Topic: Parent Support

Parents Know Best: Why the Educational System should Stop Marginalizing Parents

It’s past midnight and “Amanda”can’t fall asleep. She’s focused on her meeting the next morning at the school where her son is struggling in a program not suited to his unique needs. As she mentally rehearses her appeal for better support for him, she’s also bracing herself for the response she expects: polite “no’s” and […]

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What Makes an Education “Appropriate”? Building It on Relationships

Every IEP team should assure that a child has the chance to develop emotional regulation through trusting relationships. Without that opportunity, meaningful learning is impossible.

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Early Intervention: Taking a Mindful Approach

Early intervention should not be a race against developmental delays, but rather a thoughtful path to nurture each child’s own potential to develop at his or her own pace. A fast pace that emphasizes doing rather than being with a child can interfere with what children need most: an engaged and relaxed parent.

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Picky Eating: A Precursor of Trouble Down the Line?

A three-year-old eats only chicken nuggets and french fries. A four-year-old limits her diet to light-brown crackers and bagels. These children are considered “selective eaters” to pediatricians. Moms and dads know them as “picky eaters.” A study released this week in the journal Pediatrics found that moderate and severe cases of selective eating in toddlers […]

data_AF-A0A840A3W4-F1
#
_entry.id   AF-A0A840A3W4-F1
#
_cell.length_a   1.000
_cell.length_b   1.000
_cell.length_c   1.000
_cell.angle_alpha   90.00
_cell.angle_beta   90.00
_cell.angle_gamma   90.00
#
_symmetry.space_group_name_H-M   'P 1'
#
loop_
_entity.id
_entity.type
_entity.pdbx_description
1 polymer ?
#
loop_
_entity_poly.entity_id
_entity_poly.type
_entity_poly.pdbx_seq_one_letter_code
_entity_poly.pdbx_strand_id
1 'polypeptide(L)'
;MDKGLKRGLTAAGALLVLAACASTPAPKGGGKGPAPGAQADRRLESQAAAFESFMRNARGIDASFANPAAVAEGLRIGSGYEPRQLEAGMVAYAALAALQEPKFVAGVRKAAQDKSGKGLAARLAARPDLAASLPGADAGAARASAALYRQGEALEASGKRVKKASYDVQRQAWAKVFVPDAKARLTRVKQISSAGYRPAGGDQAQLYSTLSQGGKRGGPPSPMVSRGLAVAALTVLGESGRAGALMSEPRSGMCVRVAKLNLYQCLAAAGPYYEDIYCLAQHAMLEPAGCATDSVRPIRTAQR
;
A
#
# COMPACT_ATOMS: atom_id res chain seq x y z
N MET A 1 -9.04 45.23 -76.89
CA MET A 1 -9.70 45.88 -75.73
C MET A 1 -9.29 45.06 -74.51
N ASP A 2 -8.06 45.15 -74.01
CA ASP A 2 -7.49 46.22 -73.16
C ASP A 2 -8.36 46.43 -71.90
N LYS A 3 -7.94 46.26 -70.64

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Disorderism: How to Make Sure People See Your Child and Not a Diagnosis

How to make sure people see your child, and not a disorder.

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Presuming Competence in Your Child: Four Tips for Parents to Share with Providers

When I met three-year-old “Tim”, he had such difficulty with spoken language and controlling his body that it was difficult to tell how much he could comprehend of the world around him. He couldn’t show his understanding with words—or even with movements. A decade later, he has learned to type on an iPad and uses […]

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Different, Not Deficient: Five Ways to Ensure your Special Child is Receiving the Right Messages

I’m grateful for the wonderful response to my last post, Ten Things to Ask of Professionals working with your Special Needs Child, which focused on helping the adults in your child’s life to see the positive, not just the deficits. In the coming weeks, I’ll focus on each point individually, elaborating more specifically on how […]

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Ten Things to Ask of Professionals Working with Your Special Needs Child

A Fresno, California mother made headlines when she sued her daughter’s teacher and school administrators. The mom had paid a surprise classroom visit and allegedly found her developmentally delayed seven-year-old locked in a makeshift cage and wearing a soiled diaper. The principal of the school reportedly told police that the enclosure was a safety precaution that had […]

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Where Parents are the Experts and Professionals are the Learners

An inspiring blog post by a mom and advocate of the Awenesty of Autism site described a dramatic office visit and the choice she made to not put a limit on her child’s future: In the author’s post, she writes: “After the evaluation, the lovely doctor, in a very nice, professional manner basically told me […]

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